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The Extinction of the Non-Compete

The recent Federal Trade Commission ruling, appearing to eliminate the Non-Compete, has been met with mixed reviews in the media world. At first blush it appears to enable talent, sellers, tech team, department heads, management, and really almost anyone, to go wherever they want whenever they want. Which would be the wrong “take” in interpreting the FTC ruling. The elimination of the Non-Compete is not like the opening of the transfer portal in college football. It’s the elimination of servitude. It places a higher value on the employee and their skills. It returns control to one’s life.


I’ve been on both sides of the Non-Compete clause.  As a Talent, a Program Director, and as an Executive. From the talent and PD standpoint, it concerned me because elimination of my position or termination, meant that I had to cover a gap of unemployment to avoid moving, relocate to find immediate employment, or make a career change. Being in a position to evaluate any of those three options is not one that’s anything less than stressful. I’ve lived in 8 cities having moved 10 times during my career. My number of moves is low compared to others of my generation of broadcasters. To be fair the changes I made took place pre-technology that enabled the ability to work remotely.


Looking at it from the viewpoint of an Executive, Owner/Operator, or in a Corporate position; it immediately engages one’s brain in how to game the system. I’ve seen this in the past where a percentage of the employees’ salary is indicated as “paying for the right to enforce a non-compete.” The way I read this ruling, that won’t work in the future. Existing non-competes for senior executives, who represent less than 0.75% of workers, can remain in force under the FTC’s final rule, but employers are banned from entering into or attempting to enforce any new non-competes, even if they involve senior executives. Employers will be required to provide notice to workers (other than senior executives) who are bound by an existing noncompete that they will no longer be enforcing any non-competes against them once this rule goes into effect.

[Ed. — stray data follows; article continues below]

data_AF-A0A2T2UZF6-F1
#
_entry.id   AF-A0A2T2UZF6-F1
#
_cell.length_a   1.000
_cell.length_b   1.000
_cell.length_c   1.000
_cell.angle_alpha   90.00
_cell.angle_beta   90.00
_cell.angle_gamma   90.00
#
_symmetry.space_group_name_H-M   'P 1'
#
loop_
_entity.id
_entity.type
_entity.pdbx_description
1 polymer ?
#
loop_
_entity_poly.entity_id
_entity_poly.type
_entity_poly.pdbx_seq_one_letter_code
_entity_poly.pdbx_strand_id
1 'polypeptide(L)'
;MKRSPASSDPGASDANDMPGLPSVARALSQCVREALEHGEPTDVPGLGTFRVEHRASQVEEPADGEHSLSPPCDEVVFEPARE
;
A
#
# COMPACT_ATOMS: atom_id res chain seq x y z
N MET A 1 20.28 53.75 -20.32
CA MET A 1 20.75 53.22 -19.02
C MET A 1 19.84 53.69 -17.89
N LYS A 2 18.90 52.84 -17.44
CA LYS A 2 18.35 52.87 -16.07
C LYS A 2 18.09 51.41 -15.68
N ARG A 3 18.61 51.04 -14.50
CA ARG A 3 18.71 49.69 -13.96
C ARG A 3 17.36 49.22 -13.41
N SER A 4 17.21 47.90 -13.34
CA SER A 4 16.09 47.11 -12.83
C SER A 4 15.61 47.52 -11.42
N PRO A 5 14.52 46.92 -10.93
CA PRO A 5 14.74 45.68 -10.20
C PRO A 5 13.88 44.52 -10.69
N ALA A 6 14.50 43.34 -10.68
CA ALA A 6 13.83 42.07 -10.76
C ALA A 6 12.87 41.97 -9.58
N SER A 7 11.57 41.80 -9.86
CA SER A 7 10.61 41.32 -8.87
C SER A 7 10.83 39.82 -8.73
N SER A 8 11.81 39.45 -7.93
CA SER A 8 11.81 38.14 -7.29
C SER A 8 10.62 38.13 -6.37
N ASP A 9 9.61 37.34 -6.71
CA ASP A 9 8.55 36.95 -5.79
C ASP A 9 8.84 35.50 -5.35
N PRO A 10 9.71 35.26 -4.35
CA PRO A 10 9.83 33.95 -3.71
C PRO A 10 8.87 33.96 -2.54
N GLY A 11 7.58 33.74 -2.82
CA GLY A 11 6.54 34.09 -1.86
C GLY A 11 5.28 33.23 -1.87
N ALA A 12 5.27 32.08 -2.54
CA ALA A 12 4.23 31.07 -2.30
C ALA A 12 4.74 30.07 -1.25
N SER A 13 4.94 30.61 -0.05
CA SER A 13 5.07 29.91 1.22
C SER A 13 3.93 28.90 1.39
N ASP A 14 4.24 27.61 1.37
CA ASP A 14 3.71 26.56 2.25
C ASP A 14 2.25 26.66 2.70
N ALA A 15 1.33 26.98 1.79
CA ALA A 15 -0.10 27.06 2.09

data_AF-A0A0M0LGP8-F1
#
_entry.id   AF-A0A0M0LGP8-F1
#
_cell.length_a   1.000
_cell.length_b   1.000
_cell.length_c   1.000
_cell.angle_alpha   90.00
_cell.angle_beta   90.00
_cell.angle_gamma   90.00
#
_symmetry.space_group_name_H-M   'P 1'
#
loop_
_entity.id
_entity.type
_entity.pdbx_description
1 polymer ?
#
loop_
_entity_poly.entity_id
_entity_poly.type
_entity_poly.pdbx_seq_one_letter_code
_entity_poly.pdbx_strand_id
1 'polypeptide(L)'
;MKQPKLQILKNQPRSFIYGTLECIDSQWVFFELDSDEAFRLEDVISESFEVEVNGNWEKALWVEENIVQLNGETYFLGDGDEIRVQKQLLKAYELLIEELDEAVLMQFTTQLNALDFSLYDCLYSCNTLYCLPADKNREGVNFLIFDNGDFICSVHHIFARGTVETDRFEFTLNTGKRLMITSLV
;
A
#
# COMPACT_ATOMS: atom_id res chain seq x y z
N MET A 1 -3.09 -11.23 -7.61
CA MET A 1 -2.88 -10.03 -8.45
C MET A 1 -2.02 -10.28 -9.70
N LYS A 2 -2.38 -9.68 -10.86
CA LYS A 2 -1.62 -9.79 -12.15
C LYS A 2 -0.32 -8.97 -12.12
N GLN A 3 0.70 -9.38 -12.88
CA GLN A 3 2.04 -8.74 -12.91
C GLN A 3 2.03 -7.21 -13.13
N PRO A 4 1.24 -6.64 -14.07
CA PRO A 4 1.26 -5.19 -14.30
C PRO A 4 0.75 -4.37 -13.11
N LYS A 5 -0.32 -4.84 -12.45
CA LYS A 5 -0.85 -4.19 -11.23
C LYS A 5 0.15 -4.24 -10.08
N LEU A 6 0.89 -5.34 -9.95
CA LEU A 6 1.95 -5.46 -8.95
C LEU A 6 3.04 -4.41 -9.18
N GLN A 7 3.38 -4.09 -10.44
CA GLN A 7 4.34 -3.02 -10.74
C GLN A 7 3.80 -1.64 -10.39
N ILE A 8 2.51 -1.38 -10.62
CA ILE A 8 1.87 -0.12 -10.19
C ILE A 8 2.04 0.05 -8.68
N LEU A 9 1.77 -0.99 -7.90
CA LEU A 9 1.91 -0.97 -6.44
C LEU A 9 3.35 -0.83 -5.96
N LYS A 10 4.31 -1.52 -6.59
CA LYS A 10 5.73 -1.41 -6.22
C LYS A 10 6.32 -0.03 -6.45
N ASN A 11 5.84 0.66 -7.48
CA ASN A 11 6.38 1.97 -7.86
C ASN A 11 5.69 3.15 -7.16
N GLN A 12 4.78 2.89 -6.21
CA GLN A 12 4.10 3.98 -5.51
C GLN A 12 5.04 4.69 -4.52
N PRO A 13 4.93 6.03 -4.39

This is a concern for management. You have a talent that you’ve invested in, committed to marketing and promoting, building a brand from scratch or magnifying the already big brand of the personality, and you lose them to a competitor. The extremely popular talent you built, loved by advertisers and listeners, can now cross the street and compete against you. The Program Director who has successfully competed against your “enemy” is now able to cross-the-street and join them. The seller who has strong relationships with advertisers will now have the ability to continue those relationships elsewhere. The question becomes “how do you protect your business?”


The answer is pay them. You can keep someone from competing against you by paying them. If you want an employee to sit out for 3-6 months after they finish working for you, then pay them their current salary/wages to work from home for 3-6 months, or reassign them to execute different duties. These things have to be negotiated into an agreement before you begin employment, but you can create a window within which you can change direction and alter the strategic plan you’re working from during that window. If you want to terminate someone before their agreement is complete, pay them to sit out or let them compete. Obviously, terminating someone for cause changes those terms, but what is considered cause needs to be clearer than ever.


The FTC is turning business into a world that’s closer to professional sports than ever before. The best players are rewarded for performance. They have contracts that must be honored, but they control where they play and the team’s name on their uniform. Let them compete. Let’s go.

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